BELLINGHAM — Some progress appears to have been made between Bellingham Cold Storage and its workers after a 30-hour strike took place over the weekend.
On Monday an attorney representing Bellingham Cold Storage told the union it is willing to come to the table to discuss a contract with a federal mediator, said Rich Ewing, secretary-treasurer of the Teamsters Local 231. He said in an email that they are currently working to set up meeting dates.
Doug Thomas, president of Bellingham Cold Storage, confirmed that the company is willing to meet and listen to the union’s proposal. He said they have not modified the “Last, Best and Final” offer that it presented earlier this month, noting that the union has not yet allowed workers to vote on that offer.
Bellingham Cold Storage “remains steadfast that we will take all necessary steps to ensure that our customer requirements are taken care of and that our operations continue without interruption just like occurred during the recent 30-hour strike,” Thomas said in an email to The Bellingham Herald. The business “is also committed to not locking out our valued employees in the event of a subsequent strike and instead will continue to provide full employment for any teamster employee who exercises their right to work and continue both their compensation and benefits.”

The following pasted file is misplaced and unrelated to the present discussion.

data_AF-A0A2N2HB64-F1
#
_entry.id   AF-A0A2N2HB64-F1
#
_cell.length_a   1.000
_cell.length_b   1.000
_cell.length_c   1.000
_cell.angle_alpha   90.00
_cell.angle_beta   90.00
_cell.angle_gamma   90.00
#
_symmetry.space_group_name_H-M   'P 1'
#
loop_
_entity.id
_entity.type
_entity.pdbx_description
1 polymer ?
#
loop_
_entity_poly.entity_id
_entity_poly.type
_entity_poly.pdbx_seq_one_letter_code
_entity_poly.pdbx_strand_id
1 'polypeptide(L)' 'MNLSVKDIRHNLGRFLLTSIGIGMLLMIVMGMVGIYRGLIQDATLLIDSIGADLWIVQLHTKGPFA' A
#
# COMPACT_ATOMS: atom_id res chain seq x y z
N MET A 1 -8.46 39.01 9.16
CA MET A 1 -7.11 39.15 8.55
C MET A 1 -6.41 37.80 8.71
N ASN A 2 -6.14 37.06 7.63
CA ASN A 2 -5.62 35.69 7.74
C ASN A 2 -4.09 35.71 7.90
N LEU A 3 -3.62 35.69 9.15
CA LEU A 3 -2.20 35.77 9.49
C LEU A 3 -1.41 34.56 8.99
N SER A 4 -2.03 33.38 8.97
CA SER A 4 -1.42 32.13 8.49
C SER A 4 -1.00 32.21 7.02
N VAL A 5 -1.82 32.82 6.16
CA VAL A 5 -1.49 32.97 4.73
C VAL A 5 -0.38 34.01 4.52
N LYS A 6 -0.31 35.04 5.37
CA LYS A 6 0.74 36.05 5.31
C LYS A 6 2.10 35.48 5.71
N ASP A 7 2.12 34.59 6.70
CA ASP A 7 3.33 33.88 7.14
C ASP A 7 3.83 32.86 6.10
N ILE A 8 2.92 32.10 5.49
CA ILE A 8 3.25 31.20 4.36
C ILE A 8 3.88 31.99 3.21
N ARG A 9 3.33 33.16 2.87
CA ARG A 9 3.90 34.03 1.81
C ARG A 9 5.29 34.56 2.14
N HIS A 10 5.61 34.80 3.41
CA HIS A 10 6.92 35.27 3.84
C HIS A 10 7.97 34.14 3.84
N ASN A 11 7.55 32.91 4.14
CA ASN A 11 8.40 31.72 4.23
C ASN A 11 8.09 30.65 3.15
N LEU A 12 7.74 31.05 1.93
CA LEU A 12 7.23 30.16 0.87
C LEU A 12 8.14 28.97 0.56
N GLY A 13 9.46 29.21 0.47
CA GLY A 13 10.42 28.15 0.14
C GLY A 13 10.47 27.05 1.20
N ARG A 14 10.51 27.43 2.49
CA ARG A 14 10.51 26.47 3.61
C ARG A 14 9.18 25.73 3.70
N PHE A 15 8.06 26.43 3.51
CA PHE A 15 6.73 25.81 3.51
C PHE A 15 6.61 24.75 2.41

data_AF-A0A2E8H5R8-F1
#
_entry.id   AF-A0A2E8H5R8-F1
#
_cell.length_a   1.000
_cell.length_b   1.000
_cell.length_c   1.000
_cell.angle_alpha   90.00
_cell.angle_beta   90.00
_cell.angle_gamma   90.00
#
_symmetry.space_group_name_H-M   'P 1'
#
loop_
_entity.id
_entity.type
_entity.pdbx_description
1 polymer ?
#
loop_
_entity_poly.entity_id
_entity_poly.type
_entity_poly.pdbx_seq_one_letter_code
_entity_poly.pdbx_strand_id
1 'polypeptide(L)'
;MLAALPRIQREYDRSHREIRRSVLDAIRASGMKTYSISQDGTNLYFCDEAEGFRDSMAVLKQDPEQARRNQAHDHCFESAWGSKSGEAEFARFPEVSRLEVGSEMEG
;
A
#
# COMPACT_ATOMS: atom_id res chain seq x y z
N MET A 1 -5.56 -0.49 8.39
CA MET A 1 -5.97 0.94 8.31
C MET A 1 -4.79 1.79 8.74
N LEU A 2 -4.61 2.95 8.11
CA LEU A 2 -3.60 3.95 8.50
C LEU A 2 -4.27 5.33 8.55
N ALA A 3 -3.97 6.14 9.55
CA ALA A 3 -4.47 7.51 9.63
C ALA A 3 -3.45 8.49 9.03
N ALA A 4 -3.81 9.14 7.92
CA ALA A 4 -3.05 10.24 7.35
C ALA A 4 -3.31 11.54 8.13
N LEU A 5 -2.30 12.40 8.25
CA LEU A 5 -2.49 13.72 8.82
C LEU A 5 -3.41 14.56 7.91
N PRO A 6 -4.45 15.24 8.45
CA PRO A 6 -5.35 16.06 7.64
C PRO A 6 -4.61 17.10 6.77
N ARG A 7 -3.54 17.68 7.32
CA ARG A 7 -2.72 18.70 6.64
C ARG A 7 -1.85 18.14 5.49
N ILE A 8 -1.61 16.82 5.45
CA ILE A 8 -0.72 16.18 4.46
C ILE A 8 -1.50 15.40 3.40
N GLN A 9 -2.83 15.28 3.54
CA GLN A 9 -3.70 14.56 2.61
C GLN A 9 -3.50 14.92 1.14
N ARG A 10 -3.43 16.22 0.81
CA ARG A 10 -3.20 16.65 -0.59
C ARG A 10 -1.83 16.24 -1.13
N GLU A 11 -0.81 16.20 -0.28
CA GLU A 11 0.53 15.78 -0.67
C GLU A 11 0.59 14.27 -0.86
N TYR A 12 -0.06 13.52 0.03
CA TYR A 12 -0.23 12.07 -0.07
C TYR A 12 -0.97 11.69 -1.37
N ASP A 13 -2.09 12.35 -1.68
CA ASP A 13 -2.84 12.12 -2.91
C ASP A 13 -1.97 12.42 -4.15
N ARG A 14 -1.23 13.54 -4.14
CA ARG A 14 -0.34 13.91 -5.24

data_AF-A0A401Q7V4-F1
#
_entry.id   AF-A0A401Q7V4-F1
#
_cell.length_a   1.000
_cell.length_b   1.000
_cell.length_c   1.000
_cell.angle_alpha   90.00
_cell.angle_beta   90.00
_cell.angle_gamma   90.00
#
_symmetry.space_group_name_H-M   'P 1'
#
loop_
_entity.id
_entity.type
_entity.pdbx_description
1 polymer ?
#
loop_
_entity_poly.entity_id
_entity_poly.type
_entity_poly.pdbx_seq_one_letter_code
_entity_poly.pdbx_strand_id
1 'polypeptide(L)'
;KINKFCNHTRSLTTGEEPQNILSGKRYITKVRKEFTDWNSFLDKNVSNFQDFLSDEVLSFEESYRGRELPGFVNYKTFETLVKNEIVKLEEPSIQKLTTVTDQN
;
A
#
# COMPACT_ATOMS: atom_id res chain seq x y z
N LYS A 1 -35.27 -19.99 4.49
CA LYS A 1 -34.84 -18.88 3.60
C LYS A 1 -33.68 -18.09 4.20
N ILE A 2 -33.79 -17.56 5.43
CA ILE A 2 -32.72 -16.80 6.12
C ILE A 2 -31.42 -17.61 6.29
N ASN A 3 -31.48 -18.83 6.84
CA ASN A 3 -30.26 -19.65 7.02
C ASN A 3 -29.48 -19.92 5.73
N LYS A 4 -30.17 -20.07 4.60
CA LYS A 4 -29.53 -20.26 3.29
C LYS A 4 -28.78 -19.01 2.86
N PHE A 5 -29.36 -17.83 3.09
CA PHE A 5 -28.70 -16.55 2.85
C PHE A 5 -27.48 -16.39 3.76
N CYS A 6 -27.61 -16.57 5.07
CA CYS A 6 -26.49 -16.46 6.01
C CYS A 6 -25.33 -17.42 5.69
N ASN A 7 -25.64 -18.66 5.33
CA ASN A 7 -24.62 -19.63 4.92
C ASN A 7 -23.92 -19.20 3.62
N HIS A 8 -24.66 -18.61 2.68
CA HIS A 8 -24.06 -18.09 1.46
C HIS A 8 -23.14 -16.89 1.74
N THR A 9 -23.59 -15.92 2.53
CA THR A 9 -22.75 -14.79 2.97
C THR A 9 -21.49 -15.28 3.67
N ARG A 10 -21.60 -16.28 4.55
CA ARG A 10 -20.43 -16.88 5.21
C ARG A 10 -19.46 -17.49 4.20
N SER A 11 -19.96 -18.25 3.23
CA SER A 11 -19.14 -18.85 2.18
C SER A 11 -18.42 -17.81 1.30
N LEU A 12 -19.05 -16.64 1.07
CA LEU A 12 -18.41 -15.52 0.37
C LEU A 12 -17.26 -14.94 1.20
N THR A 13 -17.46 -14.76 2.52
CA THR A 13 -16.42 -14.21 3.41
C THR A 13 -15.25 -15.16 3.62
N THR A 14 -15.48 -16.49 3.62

The new development comes after about 110 workers picketed the Bellingham facilities on June 18 and 19.
Ewing said that while agreeing to come back to the table is a necessary step, he was hesitant to say that it was an overly encouraging sign.
”The union will enter this process with the intent to continue good faith negotiations in an effort to reach an acceptable agreement. We can only hope that (Bellingham Cold Storage) will do the same,” Ewing said. “The Unfair Labor Practice strike action last Friday and Saturday clearly showed that the teamster employees at (Bellingham Cold Storage) are 100% unified in their quest for a fair contract.”
The union and the company have been working on a new contract since November, but the union staged the 30-hour strike after the company recently refused to negotiate further, Ewing said, adding that the last offer was unacceptable and there’s still work to be done in several areas, particularly health care benefits, wages and pension benefits.
Many of the workers involved in the strike are forklift operators and other skilled workers who are employed by Bellingham Cold Storage. No workers from any of Bellingham Cold Storage’s tenants are involved in the strike. The company is well-known for storing and processing a variety of food, including fish and local agriculture.